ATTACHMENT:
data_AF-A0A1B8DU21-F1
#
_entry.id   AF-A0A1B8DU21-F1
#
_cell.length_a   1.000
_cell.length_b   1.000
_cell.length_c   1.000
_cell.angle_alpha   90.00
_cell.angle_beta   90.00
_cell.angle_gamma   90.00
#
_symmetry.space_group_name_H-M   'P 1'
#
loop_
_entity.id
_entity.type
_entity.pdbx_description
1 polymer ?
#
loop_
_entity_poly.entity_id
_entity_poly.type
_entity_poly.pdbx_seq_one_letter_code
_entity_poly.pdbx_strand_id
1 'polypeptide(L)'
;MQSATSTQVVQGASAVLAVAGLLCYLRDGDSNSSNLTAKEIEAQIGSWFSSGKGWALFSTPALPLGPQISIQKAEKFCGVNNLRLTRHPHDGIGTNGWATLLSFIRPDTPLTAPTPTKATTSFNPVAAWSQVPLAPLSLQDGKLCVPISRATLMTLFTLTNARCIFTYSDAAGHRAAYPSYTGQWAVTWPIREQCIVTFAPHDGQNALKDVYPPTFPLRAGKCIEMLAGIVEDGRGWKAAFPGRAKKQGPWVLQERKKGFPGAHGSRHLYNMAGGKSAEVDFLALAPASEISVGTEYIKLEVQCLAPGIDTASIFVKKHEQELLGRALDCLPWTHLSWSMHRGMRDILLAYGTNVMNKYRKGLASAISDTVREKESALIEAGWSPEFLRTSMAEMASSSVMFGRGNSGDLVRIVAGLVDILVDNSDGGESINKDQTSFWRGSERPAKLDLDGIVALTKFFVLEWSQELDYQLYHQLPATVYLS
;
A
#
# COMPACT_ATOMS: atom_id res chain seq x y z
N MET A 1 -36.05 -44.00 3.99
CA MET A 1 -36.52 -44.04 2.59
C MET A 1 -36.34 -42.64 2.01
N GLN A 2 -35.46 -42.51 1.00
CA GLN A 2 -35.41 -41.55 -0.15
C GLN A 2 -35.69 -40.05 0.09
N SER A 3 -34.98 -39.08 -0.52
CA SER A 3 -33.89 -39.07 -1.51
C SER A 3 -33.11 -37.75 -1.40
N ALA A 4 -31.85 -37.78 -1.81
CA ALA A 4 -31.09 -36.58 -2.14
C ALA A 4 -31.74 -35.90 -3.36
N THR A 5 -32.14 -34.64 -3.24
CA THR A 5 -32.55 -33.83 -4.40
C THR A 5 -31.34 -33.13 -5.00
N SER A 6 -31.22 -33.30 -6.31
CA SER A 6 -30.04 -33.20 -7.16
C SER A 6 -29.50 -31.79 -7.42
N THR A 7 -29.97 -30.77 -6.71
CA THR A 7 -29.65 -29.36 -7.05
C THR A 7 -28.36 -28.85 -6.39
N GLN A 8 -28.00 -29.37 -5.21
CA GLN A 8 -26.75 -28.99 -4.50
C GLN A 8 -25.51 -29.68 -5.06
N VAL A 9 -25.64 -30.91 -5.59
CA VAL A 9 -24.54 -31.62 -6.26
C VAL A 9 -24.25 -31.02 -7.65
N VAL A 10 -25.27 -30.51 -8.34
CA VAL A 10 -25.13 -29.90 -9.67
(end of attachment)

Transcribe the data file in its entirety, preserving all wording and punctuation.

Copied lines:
data_AF-A0A1B8DU21-F1
#
_entry.id   AF-A0A1B8DU21-F1
#
_cell.length_a   1.000
_cell.length_b   1.000
_cell.length_c   1.000
_cell.angle_alpha   90.00
_cell.angle_beta   90.00
_cell.angle_gamma   90.00
#
_symmetry.space_group_name_H-M   'P 1'
#
loop_
_entity.id
_entity.type
_entity.pdbx_description
1 polymer ?
#
loop_
_entity_poly.entity_id
_entity_poly.type
_entity_poly.pdbx_seq_one_letter_code
_entity_poly.pdbx_strand_id
1 'polypeptide(L)'
;MQSATSTQVVQGASAVLAVAGLLCYLRDGDSNSSNLTAKEIEAQIGSWFSSGKGWALFSTPALPLGPQISIQKAEKFCGVNNLRLTRHPHDGIGTNGWATLLSFIRPDTPLTAPTPTKATTSFNPVAAWSQVPLAPLSLQDGKLCVPISRATLMTLFTLTNARCIFTYSDAAGHRAAYPSYTGQWAVTWPIREQCIVTFAPHDGQNALKDVYPPTFPLRAGKCIEMLAGIVEDGRGWKAAFPGRAKKQGPWVLQERKKGFPGAHGSRHLYNMAGGKSAEVDFLALAPASEISVGTEYIKLEVQCLAPGIDTASIFVKKHEQELLGRALDCLPWTHLSWSMHRGMRDILLAYGTNVMNKYRKGLASAISDTVREKESALIEAGWSPEFLRTSMAEMASSSVMFGRGNSGDLVRIVAGLVDILVDNSDGGESINKDQTSFWRGSERPAKLDLDGIVALTKFFVLEWSQELDYQLYHQLPATVYLS
;
A
#
# COMPACT_ATOMS: atom_id res chain seq x y z
N MET A 1 -36.05 -44.00 3.99
CA MET A 1 -36.52 -44.04 2.59
C MET A 1 -36.34 -42.64 2.01
N GLN A 2 -35.46 -42.51 1.00
CA GLN A 2 -35.41 -41.55 -0.15
C GLN A 2 -35.69 -40.05 0.09
N SER A 3 -34.98 -39.08 -0.52
CA SER A 3 -33.89 -39.07 -1.51
C SER A 3 -33.11 -37.75 -1.40
N ALA A 4 -31.85 -37.78 -1.81
CA ALA A 4 -31.09 -36.58 -2.14
C ALA A 4 -31.74 -35.90 -3.36
N THR A 5 -32.14 -34.64 -3.24
CA THR A 5 -32.55 -33.83 -4.40
C THR A 5 -31.34 -33.13 -5.00
N SER A 6 -31.22 -33.30 -6.31
CA SER A 6 -30.04 -33.20 -7.16
C SER A 6 -29.50 -31.79 -7.42
N THR A 7 -29.97 -30.77 -6.71
CA THR A 7 -29.65 -29.36 -7.05
C THR A 7 -28.36 -28.85 -6.39
N GLN A 8 -28.00 -29.37 -5.21
CA GLN A 8 -26.75 -28.99 -4.50
C GLN A 8 -25.51 -29.68 -5.06
N VAL A 9 -25.64 -30.91 -5.59
CA VAL A 9 -24.54 -31.62 -6.26
C VAL A 9 -24.25 -31.02 -7.65
N VAL A 10 -25.27 -30.51 -8.34
CA VAL A 10 -25.13 -29.90 -9.67